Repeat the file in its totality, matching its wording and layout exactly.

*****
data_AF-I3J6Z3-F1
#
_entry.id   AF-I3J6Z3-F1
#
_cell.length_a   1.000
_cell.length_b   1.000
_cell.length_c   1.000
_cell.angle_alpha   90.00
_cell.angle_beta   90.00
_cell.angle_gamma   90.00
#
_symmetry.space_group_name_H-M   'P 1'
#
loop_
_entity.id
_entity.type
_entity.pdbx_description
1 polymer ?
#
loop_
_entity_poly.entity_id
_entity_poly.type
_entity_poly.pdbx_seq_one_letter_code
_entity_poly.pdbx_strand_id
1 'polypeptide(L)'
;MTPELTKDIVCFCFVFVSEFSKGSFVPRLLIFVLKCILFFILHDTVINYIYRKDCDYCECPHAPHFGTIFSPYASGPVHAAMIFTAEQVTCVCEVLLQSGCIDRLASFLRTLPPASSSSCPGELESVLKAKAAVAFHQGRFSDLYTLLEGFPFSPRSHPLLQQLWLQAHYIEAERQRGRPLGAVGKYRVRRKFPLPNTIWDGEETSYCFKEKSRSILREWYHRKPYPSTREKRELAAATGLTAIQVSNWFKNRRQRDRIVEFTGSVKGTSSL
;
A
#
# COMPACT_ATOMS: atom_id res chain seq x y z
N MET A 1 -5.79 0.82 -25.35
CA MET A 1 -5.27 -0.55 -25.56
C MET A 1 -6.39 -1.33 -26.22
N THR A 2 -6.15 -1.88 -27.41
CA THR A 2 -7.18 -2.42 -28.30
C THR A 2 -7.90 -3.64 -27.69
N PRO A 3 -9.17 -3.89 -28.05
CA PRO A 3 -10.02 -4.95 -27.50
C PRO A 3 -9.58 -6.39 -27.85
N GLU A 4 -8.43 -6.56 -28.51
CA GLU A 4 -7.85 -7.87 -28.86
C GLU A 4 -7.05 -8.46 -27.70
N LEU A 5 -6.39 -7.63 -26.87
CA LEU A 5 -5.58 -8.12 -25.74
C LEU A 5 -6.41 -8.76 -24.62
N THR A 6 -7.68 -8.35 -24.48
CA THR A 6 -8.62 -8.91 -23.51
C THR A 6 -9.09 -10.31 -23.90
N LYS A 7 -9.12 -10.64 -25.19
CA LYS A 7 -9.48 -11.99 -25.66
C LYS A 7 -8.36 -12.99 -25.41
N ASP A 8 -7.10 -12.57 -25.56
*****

data_AF-I3J6Z3-F1
#
_entry.id   AF-I3J6Z3-F1
#
_cell.length_a   1.000
_cell.length_b   1.000
_cell.length_c   1.000
_cell.angle_alpha   90.00
_cell.angle_beta   90.00
_cell.angle_gamma   90.00
#
_symmetry.space_group_name_H-M   'P 1'
#
loop_
_entity.id
_entity.type
_entity.pdbx_description
1 polymer ?
#
loop_
_entity_poly.entity_id
_entity_poly.type
_entity_poly.pdbx_seq_one_letter_code
_entity_poly.pdbx_strand_id
1 'polypeptide(L)'
;MTPELTKDIVCFCFVFVSEFSKGSFVPRLLIFVLKCILFFILHDTVINYIYRKDCDYCECPHAPHFGTIFSPYASGPVHAAMIFTAEQVTCVCEVLLQSGCIDRLASFLRTLPPASSSSCPGELESVLKAKAAVAFHQGRFSDLYTLLEGFPFSPRSHPLLQQLWLQAHYIEAERQRGRPLGAVGKYRVRRKFPLPNTIWDGEETSYCFKEKSRSILREWYHRKPYPSTREKRELAAATGLTAIQVSNWFKNRRQRDRIVEFTGSVKGTSSL
;
A
#
# COMPACT_ATOMS: atom_id res chain seq x y z
N MET A 1 -5.79 0.82 -25.35
CA MET A 1 -5.27 -0.55 -25.56
C MET A 1 -6.39 -1.33 -26.22
N THR A 2 -6.15 -1.88 -27.41
CA THR A 2 -7.18 -2.42 -28.30
C THR A 2 -7.90 -3.64 -27.69
N PRO A 3 -9.17 -3.89 -28.05
CA PRO A 3 -10.02 -4.95 -27.50
C PRO A 3 -9.58 -6.39 -27.85
N GLU A 4 -8.43 -6.56 -28.51
CA GLU A 4 -7.85 -7.87 -28.86
C GLU A 4 -7.05 -8.46 -27.70
N LEU A 5 -6.39 -7.63 -26.87
CA LEU A 5 -5.58 -8.12 -25.74
C LEU A 5 -6.41 -8.76 -24.62
N THR A 6 -7.68 -8.35 -24.48
CA THR A 6 -8.62 -8.91 -23.51
C THR A 6 -9.09 -10.31 -23.90
N LYS A 7 -9.12 -10.64 -25.19
CA LYS A 7 -9.48 -11.99 -25.66
C LYS A 7 -8.36 -12.99 -25.41
N ASP A 8 -7.10 -12.57 -25.56